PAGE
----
pedants and children

repeat from 2003. I'd forgotten the Posner quote.


From a related post from the same time.
What is 'The Law?' Is it the concept or only the concept in action? Is it a set of rules, or is it the process of arguing about those rules - in a room, in summer, without air conditioning, and with a bad hangover? 
Is it the relation between the two?
The above, in relation to Corey Robin, here, and to what he describes as "a sharp take on the left".
My comment was to repost relevant bits of this. It's not simply the number of people, academics, opposed to freedom of speech, but that they're opposed to it without understanding how their arguments originate in their idealist sense of their own authority. Trudeau by comparison was principled but pragmatic. And society survived.

Again. Shouting down Michael Oren is one thing; claiming that its justified as an example of free speech is another. Along with discussions of "triggers", the first is asking the state's permission to disrupt the state's activity, the second is asking the state or some authority to protect you from knowledge, even knowledge only of someone's beliefs. In both cases the relation of the individual to the state is of child to authority. And technocrats are always willing parents.

The ACLU defense of the Nazis in the Skokie case was not about the right to march but the right to march in a town full of Holocaust survivors.

repeats: the lousy politics of willed innocence

Trudeau was always hoping people would grow up.


the comedy continues here
Why did Quine become a logician and not a lawyer?/The Pot Kettle Problem
Mohan Matthen
The pleasure we take in beauty must have been shaped by evolution — but what adaptive advantage did it give us?"
The last sentence from my comment, with a minor repair
An[y] aesthetic is the material or formal manifestation of an ethic. To ask why one is to ask why the other.
A biologist might ask why we philosophize and not simply function, but a philosopher asking why we make art is like a theologian asking why we read fiction.

The level of assumption, the arrogance and stupidity (there's nothing else to call it at this point)  are mind-bending.

Beauty is the manifestation of desired or desirable order, and the means of coming to terms with the existence of orders beyond our control. It's the form in material or language of an idea, not as illustration but by manifestation and therefore through experience. That's why art -or anything read in terms of art- is not reducible or translatable, and why Anglo-American philosophy has such a hard time with it, since philosophy is defined as fully translatable language related to mathematics. If you can't translate Mallarmé or replicate perfectly Matthen's Oxbridge Anglo-Indian mannerisms, or Olivier's or Gielgud's performances of Hamlet then universalism becomes no more than generalization.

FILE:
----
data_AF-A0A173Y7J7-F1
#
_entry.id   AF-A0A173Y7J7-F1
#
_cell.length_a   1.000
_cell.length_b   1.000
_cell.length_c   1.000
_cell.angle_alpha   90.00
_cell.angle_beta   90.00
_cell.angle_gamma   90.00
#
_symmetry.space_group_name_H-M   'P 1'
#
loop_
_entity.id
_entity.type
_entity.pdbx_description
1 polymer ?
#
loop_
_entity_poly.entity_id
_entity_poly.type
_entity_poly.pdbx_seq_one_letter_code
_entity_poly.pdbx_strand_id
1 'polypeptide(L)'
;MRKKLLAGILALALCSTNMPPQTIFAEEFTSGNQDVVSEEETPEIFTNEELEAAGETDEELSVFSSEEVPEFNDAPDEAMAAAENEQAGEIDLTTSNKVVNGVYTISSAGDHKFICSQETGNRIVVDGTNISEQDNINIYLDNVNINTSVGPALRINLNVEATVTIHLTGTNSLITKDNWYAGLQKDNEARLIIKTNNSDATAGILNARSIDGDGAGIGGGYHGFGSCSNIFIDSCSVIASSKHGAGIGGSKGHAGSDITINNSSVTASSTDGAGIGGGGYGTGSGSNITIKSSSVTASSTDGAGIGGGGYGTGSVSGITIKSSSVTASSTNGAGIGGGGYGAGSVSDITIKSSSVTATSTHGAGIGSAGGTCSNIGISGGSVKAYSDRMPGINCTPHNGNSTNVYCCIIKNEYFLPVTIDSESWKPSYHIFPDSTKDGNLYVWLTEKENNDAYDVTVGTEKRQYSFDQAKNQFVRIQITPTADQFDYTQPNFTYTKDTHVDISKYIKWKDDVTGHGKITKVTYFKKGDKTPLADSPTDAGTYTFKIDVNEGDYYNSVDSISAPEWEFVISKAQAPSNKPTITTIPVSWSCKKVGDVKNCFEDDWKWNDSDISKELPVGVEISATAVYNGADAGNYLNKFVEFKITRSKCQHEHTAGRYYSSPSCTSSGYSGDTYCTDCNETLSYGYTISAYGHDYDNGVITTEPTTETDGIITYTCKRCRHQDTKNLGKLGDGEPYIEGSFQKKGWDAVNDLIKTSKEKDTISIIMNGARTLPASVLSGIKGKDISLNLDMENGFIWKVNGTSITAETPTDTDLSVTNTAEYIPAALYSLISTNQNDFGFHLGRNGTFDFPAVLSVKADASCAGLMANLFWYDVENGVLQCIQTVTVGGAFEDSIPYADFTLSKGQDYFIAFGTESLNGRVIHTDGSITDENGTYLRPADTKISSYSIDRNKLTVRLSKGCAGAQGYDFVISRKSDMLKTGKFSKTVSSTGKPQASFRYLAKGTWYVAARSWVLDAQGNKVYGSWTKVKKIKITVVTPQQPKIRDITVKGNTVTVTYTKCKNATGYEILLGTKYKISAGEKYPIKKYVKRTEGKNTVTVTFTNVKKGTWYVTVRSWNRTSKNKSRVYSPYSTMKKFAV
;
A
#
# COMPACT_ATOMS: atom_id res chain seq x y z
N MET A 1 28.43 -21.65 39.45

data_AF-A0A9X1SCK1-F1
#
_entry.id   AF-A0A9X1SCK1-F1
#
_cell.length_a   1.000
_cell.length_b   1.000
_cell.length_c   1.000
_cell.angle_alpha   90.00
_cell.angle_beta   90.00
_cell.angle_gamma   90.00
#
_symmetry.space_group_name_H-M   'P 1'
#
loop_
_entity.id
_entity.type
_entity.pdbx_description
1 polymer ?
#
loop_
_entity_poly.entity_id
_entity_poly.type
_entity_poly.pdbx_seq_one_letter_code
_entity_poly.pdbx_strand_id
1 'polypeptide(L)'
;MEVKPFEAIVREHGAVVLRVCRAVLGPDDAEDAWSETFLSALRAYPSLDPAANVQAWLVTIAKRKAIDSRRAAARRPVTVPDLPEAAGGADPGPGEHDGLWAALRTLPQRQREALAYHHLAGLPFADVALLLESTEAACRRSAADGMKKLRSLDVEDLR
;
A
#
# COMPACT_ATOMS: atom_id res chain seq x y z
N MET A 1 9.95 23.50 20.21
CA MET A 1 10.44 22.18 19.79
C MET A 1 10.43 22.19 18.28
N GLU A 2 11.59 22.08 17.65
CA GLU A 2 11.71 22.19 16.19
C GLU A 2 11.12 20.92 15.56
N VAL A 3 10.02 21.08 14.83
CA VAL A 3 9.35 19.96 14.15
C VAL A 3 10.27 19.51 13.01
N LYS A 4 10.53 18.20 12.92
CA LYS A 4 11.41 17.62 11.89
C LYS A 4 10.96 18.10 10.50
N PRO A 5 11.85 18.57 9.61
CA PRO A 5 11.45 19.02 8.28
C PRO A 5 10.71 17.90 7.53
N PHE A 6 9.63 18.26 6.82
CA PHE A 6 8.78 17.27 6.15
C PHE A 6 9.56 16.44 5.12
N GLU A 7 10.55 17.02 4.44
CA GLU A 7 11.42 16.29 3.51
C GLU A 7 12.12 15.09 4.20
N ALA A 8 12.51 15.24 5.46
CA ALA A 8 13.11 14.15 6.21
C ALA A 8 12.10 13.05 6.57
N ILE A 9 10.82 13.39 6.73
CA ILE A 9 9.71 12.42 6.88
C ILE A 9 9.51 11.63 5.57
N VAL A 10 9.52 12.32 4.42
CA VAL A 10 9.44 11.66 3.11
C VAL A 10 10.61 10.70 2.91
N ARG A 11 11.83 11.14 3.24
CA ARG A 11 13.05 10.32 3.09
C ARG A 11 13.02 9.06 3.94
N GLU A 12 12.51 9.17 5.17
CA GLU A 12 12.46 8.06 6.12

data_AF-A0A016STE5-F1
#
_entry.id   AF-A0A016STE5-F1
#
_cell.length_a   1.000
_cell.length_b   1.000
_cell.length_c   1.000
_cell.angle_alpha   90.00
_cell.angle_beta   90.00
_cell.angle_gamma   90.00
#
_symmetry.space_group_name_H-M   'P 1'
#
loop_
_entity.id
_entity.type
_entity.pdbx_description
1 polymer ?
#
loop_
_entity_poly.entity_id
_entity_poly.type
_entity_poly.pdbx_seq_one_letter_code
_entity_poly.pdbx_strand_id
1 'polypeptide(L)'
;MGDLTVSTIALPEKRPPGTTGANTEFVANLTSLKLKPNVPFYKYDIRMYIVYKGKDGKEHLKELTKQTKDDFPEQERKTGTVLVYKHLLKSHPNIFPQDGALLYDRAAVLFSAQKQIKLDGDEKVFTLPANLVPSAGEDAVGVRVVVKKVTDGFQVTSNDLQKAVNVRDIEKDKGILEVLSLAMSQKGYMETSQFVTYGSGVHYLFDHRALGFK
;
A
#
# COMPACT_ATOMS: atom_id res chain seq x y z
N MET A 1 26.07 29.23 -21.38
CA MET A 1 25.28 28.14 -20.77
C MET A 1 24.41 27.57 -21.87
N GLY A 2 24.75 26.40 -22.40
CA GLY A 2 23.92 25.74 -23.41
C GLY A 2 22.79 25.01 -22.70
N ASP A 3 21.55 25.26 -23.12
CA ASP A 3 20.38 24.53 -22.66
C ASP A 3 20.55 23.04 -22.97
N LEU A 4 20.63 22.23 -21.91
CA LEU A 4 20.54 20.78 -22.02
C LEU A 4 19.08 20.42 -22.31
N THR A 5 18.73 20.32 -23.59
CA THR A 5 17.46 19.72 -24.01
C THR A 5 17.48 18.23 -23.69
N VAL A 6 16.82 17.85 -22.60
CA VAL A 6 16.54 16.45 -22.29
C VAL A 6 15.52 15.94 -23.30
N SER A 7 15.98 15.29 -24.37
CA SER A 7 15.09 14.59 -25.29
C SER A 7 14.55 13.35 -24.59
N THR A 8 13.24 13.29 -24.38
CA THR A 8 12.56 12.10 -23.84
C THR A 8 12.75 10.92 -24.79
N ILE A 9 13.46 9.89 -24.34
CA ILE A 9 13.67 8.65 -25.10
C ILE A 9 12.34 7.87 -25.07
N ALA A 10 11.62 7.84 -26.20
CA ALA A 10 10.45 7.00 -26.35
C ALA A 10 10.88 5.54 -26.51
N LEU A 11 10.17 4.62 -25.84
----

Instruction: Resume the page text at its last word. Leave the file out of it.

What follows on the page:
Technocracy in the imaginations of technocrats is founded on the association of universalism with idealism. As a functional model it's founded on the principle of mediocrity.

repeatsrepeatsrepeats
repeat
---


NYTRome Priests heard confessions Friday in the Circus Maximus in Rome where people had gathered to watch the funeral of Pope John Paul II, broadcast on a giant videoscreen.

Look at the expressions on the faces of the woman and the priest in the foreground: at the informality of their relationship; at his clothing and unshaven face; at the seating arrangement, in the open air; at the figures in the background repeating the action but on the ground, and talking even more as equals. It's so well done I have a hard time thinking it wasn't staged entirely with actors. It's the most beautiful -meaning complex- modern use of Catholic iconography I've seen in a long time, though I haven't seen anything by Almodovar recently. In Hail Mary Godard described the Annunciation as a jet plane flying over a basketball court and managed to have the film condemned by the Pope and win the best Catholic film of the year in Germany.

Tuesday, March 25, 2014

"I don’t read much philosophy, it upsets me when I read the nonsense written by my contemporaries, the theory of extended mind makes me want to throw up…."

Yup
Searle ends up spouting his own absurdities but they're the absurdities of an intelligent mind.

From Leiter, who posted the quote.

"No baby... please... I understand you... you're a part of me! I have an extended mind!"

"Put your cell phone on the table." [swings hammer: "SMASH!!"] "Now put your hand on the table."

Monday, March 24, 2014

"Al Jazeera once again removes Joseph Massad article on Palestine"

Dahlan, again
From twitter. story here


Comments on twitter were mostly wry acknowledgement the composure of the 'oppressed' woman. The only people who noted right off the possibility of kink were an Arab American women and a gay Arab European man.  I laughed at first and the woman is impressive but in the end her cold contempt is off-putting; her conservatism has a nasty edge.